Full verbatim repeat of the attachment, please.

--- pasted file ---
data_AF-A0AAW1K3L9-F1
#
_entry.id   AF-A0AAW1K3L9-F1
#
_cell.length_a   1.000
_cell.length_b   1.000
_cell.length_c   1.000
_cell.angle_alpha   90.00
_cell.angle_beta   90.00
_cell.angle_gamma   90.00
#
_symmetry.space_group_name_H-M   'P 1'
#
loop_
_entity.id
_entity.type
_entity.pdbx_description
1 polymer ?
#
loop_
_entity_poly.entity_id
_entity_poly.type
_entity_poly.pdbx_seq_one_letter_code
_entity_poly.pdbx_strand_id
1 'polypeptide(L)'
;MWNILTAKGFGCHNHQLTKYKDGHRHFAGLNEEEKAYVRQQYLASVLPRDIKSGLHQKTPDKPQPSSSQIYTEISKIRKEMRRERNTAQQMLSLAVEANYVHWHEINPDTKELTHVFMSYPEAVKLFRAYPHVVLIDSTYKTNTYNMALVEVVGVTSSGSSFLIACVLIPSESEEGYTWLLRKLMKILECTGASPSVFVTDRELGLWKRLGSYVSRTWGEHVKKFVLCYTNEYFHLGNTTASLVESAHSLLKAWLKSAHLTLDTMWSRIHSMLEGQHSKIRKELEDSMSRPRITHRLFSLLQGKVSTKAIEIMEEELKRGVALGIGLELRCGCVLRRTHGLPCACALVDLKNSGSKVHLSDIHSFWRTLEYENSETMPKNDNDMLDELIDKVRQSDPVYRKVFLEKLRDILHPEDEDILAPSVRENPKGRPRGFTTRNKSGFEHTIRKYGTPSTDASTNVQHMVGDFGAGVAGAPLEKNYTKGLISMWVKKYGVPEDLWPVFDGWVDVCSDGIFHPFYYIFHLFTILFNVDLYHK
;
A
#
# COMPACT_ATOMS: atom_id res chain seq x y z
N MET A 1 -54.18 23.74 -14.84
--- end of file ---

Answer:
data_AF-A0AAW1K3L9-F1
#
_entry.id   AF-A0AAW1K3L9-F1
#
_cell.length_a   1.000
_cell.length_b   1.000
_cell.length_c   1.000
_cell.angle_alpha   90.00
_cell.angle_beta   90.00
_cell.angle_gamma   90.00
#
_symmetry.space_group_name_H-M   'P 1'
#
loop_
_entity.id
_entity.type
_entity.pdbx_description
1 polymer ?
#
loop_
_entity_poly.entity_id
_entity_poly.type
_entity_poly.pdbx_seq_one_letter_code
_entity_poly.pdbx_strand_id
1 'polypeptide(L)'
;MWNILTAKGFGCHNHQLTKYKDGHRHFAGLNEEEKAYVRQQYLASVLPRDIKSGLHQKTPDKPQPSSSQIYTEISKIRKEMRRERNTAQQMLSLAVEANYVHWHEINPDTKELTHVFMSYPEAVKLFRAYPHVVLIDSTYKTNTYNMALVEVVGVTSSGSSFLIACVLIPSESEEGYTWLLRKLMKILECTGASPSVFVTDRELGLWKRLGSYVSRTWGEHVKKFVLCYTNEYFHLGNTTASLVESAHSLLKAWLKSAHLTLDTMWSRIHSMLEGQHSKIRKELEDSMSRPRITHRLFSLLQGKVSTKAIEIMEEELKRGVALGIGLELRCGCVLRRTHGLPCACALVDLKNSGSKVHLSDIHSFWRTLEYENSETMPKNDNDMLDELIDKVRQSDPVYRKVFLEKLRDILHPEDEDILAPSVRENPKGRPRGFTTRNKSGFEHTIRKYGTPSTDASTNVQHMVGDFGAGVAGAPLEKNYTKGLISMWVKKYGVPEDLWPVFDGWVDVCSDGIFHPFYYIFHLFTILFNVDLYHK
;
A
#
# COMPACT_ATOMS: atom_id res chain seq x y z
N MET A 1 -54.18 23.74 -14.84